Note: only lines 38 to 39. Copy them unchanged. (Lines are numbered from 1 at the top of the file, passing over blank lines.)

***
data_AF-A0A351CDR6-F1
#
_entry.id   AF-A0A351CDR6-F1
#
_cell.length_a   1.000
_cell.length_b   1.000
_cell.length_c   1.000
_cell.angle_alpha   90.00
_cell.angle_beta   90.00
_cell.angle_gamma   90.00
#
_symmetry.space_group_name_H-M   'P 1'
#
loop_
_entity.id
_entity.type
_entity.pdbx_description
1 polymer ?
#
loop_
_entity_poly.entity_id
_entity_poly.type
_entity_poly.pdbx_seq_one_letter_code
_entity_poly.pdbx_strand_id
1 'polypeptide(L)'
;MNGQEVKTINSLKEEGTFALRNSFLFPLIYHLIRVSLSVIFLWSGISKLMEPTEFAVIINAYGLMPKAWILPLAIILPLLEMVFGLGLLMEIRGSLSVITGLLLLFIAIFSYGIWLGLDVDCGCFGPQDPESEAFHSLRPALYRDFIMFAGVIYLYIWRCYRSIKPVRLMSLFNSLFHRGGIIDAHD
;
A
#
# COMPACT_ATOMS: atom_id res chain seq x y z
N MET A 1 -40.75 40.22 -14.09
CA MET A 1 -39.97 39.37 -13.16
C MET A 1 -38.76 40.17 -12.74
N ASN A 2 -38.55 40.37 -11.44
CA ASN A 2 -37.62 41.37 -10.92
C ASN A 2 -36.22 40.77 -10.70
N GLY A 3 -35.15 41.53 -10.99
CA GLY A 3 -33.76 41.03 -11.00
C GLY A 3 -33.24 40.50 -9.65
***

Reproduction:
CA GLY A 3 -33.76 41.03 -11.00
C GLY A 3 -33.24 40.50 -9.65